I would guess they also discourage trail markers on their lands, but they love to clearly mark their boundaries. Leave No Trace seems to be a foreign concept when it comes to boundary marking for Game and Inland Fisheries.  While I can see the need to mark the boundaries of hunting lands, piling a bunch of gold colored rocks on the boundary seems like overkill.  It is interesting to note that the Virginia DGIF is seeking right now to change their fee structure so that hikers like me would be charged $3 for the privilege of entering their lands.  (Can't really say they are MY lands, as I am sure the DGIF would be happy to tell me.)  Information on the fee change is found here.  If they want to charge me for using their land, don't I have a right to demand that they properly sign their trails?

Viewing Rock Trail splits off of the Little North Mountain Trail, with Jump Rock in the background.
I continued on the Little North Mountain Trail, following the ridge line until I  reached the Viewing Rock Trail.  I had coordinates for this trail as a Cub Scout Pack placed a geocache at Viewing Rock.  (I am not sure that this is a legal geocache, though it is listed on the website, as it appears that Viewing Rock is within the boundaries of the WMA, and geocaches are not permitted on these properties.)  Dropping down to Viewing Rock, there are suddenly lots of signs, with each crediting the Cub Scout Pack that created it.

The view from Viewing Rock was to the west, overlooking the Boy Scout camp.  I bet hundreds of Scouts make this trip every summer, and the trail below the rock shows the wear from this use.  But the rock itself has a view that makes the scramble up the mountain worthwhile.  And the trail to viewing rock is not as steep as the trail I took up to Jump Mountain.

Descending from Viewing Rock, I attempted to follow the same loop that I hiked back in 1996.  I took the Viewing Rock Trail to the Hunter's Trail, and intended to take the Hunter's Trail back to the car.  At the intersection of the Chamber's Hollow and Hunter's trails, my gut told me that I should follow the Chamber's Hollow Trail towards the Boy Scout Camp.  But I wanted to complete the same hike I'd taken in 1996.  At some point I lost the Hunter's Trail completely.  This was merely irritating, not scary, and I climbed to the top of the ridge I was hiking near, eyeballed the Lake Merriweather dam, then descended the ridge to the Boy Scout camp.  From there, I easily found a trail that linked back up with the Hunter's Trail.  I was glad I had a topographic map, however, so I could be sure of my general direction at all times.  My gut was right - I should have taken the main trail, which is the trail the HikingUpwards guys took.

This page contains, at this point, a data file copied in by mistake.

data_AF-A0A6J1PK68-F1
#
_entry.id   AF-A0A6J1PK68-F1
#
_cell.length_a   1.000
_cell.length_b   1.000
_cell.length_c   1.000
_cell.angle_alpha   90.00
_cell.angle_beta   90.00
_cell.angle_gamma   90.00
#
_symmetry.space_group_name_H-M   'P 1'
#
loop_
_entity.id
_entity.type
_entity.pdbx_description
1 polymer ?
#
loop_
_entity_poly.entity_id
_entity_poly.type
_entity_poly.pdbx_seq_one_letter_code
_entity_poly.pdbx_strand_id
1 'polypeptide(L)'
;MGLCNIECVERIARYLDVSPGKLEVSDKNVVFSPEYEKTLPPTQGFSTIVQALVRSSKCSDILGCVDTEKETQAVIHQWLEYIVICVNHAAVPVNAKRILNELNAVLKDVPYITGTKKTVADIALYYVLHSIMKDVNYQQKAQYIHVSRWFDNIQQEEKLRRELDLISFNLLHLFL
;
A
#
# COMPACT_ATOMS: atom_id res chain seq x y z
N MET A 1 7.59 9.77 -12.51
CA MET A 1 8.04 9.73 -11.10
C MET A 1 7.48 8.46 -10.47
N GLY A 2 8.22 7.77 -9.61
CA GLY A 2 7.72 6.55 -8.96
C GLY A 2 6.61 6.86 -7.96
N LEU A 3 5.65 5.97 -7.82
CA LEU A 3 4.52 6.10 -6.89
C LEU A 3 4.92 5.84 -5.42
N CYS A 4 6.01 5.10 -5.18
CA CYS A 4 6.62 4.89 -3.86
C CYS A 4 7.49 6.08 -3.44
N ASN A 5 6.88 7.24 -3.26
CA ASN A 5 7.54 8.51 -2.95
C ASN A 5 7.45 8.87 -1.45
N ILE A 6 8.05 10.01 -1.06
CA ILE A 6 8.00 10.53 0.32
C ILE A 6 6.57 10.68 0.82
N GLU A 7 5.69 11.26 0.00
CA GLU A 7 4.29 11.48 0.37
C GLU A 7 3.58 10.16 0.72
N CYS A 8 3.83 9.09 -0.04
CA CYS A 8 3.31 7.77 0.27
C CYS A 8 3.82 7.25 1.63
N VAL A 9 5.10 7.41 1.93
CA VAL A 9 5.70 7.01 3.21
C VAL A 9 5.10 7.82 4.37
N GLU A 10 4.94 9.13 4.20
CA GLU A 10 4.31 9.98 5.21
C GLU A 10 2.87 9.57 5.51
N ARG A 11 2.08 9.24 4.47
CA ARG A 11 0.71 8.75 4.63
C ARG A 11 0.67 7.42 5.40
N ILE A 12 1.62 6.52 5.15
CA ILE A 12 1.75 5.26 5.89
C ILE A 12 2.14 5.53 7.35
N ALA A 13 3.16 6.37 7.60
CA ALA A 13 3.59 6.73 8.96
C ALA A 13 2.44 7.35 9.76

Near the car was a final Cub Scout sign, set high up on a tree so it could not be easily swiped.  I thought it was ironic that a big sign with a bunch of scouts' names would tell me to "Leave No Trace!"  It seems like a backhanded way to leave your name on a tree.

To sum up, this hike would be one of the best in the Commonwealth if it were better marked.  At the same time, there are some tough climbs, so it is not a hike for everybody.  It appears most similar in difficulty to the White Oak Canyon/Cedar Run loop hike I took back in July, 2010.

Will's camera worked great!  I think the picture quality was better than what I had been using and I like having both a camcorder and a camera in one tiny package.  Maybe I'll save up and get my own.

PATC Difficulty Factor 228.5 
 Total Altitude Gain 3000 ft. 
 Total Distance 8.7 nukes
 Low Point 1336 ft.
 High Point 3173 ft.
 Time of Hike 5:12  


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  2. I was wondering if you happened to see any family or small cemeteries at or near Jump Mountain (maybe at the base?) Trying to find one with the Horn or Woods family - mainly Horn family burying ground or cemetery?

    1. Have not seen anything, but will keep an eye out next time I am out that way.